It’s a bit cheeky choosing a live version of a track that’s seven years old as one of my favourites of 2016 but this video has been on serious high rotation since it was posted earlier this year. When you take possibly my favourite Passenger track of all time and throw a collaboration between All Our Exes Live in Texas and Luke Thompson into the mix you strike pure gold. Just listen to those harmonies on the choruses – magic stuff.

16. Imogen Clark – “You’ll only Break My Heart”
Imogen Clark has had a pretty big year built on the bedrock of her debut album Love & Lovely Lies and its two lead singles “Take Me For A Ride” and “You’ll only Break My Heart”. The latter is Clark’s most mature offering to date, making the most of her big voice and lyric driven song writing. I’m not sure why Imogen Clark gets lumped into the Country crowd – to my ears her music is straight up acoustic pop – but regardless of the genre “You’ll only Break My Heart” heralds big things to come from the Sydney singer-songwriter.

17. Ariela Jacobs – “Lost”
The way that Ariela Jacobs plays with melody and syncopation on “Lost” is so intriguing. The rhythmic, unpredictable verses give way to simple 4/4 choruses and then a middle eight that just launches itself at you and takes you by surprise. This song is all about Jacobs’ voice with the accompaniment – simple piano chords for the most part – taking a back seat to her lyrics. This track is powerful and vulnerable all at the same time.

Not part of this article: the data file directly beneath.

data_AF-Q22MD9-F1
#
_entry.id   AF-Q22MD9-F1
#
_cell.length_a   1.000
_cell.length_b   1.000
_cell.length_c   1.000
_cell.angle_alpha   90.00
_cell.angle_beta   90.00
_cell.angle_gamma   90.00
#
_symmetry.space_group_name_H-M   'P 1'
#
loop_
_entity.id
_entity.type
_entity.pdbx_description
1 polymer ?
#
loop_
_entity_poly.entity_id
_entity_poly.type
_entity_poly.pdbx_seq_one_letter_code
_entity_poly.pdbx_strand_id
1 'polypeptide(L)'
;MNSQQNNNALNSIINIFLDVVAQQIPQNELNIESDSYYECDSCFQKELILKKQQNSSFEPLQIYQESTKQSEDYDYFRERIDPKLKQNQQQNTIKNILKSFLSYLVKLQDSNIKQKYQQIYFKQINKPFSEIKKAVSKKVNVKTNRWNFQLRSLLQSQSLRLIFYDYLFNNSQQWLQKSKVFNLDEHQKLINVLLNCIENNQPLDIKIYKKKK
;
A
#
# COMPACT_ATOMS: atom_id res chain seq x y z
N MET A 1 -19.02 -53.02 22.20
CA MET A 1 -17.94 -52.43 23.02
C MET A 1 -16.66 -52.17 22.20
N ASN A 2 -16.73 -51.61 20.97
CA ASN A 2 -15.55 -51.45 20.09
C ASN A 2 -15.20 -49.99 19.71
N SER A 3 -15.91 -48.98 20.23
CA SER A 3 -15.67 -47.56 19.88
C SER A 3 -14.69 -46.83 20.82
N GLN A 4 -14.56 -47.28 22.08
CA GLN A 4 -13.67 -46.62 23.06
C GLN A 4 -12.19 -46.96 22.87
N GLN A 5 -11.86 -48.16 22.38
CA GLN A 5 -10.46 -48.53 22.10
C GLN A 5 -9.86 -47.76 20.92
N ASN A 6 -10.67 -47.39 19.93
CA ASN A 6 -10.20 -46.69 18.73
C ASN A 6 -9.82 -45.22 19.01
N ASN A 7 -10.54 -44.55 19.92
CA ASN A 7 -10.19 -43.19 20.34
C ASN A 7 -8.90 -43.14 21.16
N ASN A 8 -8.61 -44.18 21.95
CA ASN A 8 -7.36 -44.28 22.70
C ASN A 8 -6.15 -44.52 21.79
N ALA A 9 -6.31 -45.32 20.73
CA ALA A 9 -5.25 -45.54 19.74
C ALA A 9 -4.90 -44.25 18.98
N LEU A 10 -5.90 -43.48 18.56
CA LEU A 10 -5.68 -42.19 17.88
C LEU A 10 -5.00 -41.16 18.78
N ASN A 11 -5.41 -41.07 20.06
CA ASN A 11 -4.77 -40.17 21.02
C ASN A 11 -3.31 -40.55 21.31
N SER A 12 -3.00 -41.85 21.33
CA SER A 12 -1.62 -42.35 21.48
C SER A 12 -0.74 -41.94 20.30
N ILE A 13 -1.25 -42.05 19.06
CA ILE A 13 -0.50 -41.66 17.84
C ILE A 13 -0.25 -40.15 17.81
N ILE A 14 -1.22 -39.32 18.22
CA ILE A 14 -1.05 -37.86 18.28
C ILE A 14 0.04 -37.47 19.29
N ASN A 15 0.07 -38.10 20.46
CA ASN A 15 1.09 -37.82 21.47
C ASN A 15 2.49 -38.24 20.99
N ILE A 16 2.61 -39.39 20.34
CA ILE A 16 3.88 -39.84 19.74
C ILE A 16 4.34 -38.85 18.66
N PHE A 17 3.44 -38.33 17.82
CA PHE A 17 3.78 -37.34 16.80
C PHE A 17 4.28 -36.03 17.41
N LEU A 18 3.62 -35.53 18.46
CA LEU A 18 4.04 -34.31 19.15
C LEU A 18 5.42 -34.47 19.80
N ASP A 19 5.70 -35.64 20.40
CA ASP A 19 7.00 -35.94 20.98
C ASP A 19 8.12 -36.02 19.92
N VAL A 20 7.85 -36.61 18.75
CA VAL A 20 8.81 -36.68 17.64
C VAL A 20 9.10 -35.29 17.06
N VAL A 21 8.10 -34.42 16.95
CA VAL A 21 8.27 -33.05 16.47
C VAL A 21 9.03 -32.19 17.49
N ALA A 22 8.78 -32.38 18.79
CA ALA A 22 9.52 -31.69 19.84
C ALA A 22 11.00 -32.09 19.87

18. Sian Evans – “Cold Feet”
I got to meet Sian Evans at the National Folk Festival this year where she got me to act as roadie for her as she rushed to one of her gigs. She’s spent much of 2016 carving out a solo career for herself after her work with The Rusty Datsuns and part of that has involved developing her own distinct sound. The result is the single “Cold Feat” which has a pop sensibility with a heart of folk.

19. The Weeping Willows – “River of Gold”